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Business Risk and Simulation Modelling in Practice

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T his book aims to be a practical guide to help business risk managers, modelling analysts and general management to understand, conduct and use quantitative risk assessment and uncertainty modelling in their own situations.

 It is intended to provide a solid foundation in the most relevant aspects of quantitative modelling and the associated statistical concepts in a way that is accessible, intuitive, pragmatic and applicable to general business and corporate contexts. It also discusses the interfaces between quantitative risk modelling activities and the organisational context within which such activities take place.

 In particular, it covers links with general risk assessment processes and issues relating to organisational cultures, incentives and change management. Some knowledge of these issues is generally important in order to ensure the success of quantitative risk assessment approaches in practical organisational contexts. The text is structured into three parts (containing 13 chapters in total):

*Part I provides an introduction to the topic of risk assessment in general terms.

 *  Part II covers the design and use of quantitative risk models.

*Part III provides an introduction to key ways to implement the repeated calculation steps that are required when conducting simulation, covering the use of VBA macros and that of the @RISK add-in.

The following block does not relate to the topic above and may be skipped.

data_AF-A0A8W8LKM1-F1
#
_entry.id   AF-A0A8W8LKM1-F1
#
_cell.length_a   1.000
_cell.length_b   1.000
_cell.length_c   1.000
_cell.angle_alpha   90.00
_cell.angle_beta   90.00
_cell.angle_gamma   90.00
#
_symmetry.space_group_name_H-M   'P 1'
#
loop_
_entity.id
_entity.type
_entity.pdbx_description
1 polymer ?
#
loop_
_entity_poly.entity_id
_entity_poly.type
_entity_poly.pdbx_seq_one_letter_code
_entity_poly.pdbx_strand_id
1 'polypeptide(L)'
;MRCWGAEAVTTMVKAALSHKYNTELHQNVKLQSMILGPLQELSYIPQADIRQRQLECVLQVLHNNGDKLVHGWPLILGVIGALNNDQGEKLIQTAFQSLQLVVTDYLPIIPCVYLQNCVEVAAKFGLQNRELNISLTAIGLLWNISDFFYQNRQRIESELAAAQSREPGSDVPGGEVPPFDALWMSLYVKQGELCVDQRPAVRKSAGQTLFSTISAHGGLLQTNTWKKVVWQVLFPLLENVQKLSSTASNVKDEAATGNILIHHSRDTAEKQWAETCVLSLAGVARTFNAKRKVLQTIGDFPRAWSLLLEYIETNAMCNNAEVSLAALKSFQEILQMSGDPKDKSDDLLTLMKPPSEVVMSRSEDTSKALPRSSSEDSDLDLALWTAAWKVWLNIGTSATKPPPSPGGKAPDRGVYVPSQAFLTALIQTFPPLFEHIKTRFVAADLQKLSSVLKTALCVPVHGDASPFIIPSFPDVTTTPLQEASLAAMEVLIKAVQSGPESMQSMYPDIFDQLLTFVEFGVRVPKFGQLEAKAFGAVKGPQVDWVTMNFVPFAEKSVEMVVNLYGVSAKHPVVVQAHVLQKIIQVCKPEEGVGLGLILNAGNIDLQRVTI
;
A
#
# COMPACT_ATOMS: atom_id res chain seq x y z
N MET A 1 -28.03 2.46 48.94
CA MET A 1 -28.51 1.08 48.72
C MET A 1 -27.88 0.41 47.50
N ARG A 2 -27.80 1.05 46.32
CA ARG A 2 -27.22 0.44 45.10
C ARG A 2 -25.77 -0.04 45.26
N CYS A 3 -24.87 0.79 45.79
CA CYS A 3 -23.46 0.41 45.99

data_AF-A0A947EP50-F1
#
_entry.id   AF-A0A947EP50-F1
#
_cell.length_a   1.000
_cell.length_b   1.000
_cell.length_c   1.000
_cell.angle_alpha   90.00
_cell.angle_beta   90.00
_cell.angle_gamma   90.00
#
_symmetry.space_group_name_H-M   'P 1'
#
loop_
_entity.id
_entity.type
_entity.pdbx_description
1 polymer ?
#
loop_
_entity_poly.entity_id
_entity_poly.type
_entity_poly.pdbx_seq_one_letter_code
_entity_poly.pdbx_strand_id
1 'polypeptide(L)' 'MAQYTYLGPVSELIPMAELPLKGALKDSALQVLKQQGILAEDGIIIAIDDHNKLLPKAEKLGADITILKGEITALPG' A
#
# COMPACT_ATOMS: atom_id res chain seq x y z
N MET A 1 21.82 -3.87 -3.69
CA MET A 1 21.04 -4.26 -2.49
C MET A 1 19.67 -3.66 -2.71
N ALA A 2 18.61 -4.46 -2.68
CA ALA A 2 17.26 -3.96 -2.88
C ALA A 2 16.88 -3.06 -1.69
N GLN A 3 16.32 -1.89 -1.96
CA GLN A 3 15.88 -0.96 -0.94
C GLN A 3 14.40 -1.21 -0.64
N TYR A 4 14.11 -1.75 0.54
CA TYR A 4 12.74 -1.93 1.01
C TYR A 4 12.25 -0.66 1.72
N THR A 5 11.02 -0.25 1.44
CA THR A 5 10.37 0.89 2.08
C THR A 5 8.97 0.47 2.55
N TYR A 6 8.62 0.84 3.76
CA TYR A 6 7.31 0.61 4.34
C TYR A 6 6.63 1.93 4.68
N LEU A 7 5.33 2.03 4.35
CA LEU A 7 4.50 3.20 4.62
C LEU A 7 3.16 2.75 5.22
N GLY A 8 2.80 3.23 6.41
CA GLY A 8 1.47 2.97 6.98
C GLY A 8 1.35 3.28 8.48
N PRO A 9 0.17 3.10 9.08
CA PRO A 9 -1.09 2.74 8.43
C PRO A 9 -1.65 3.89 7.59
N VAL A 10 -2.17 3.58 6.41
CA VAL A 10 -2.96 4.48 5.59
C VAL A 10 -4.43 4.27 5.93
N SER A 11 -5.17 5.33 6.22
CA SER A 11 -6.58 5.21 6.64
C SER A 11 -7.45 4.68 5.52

The text has been written to be software independent as far as reasonably practical. Indeed (apart from an assumption that the reader wishes to use Excel to build any models), most of the text in Parts I and II would be identical whichever platform is used to actually perform the simulation process (i.e. whether it is VBA or @RISK).

 Thus, although some of the example files use Excel functionality only, and others use features of @RISK, essentially all could be readily built in either platform if necessary (there are a handful of exceptions):

 One would have to make a few simple formula changes in each case, with the tools presented in this text showing the reader how to do so. On the other hand, in the context of presenting data arising from probabilistic processes and simulation results, @RISK’s graphical capabilities are generally more flexible (and quicker to implement) than those in Excel. Thus, for purposes of quality, consistency and convenience, many of the illustrations in the book use @RISK in order to show associated graphs, even where the model itself does not require @RISKper se.

 Thus, a reader is not required to have a copy of @RISK at that point in the text. Indeed, apart from when working with the examples in Chapter 13, there is no fundamental requirement for a reader to own a copy (or a trial version) of @RISK in order to gain value from the text. 

In fact, readers who wish to use other implementation platforms for the simulation itself may find many aspects of this text of relevance.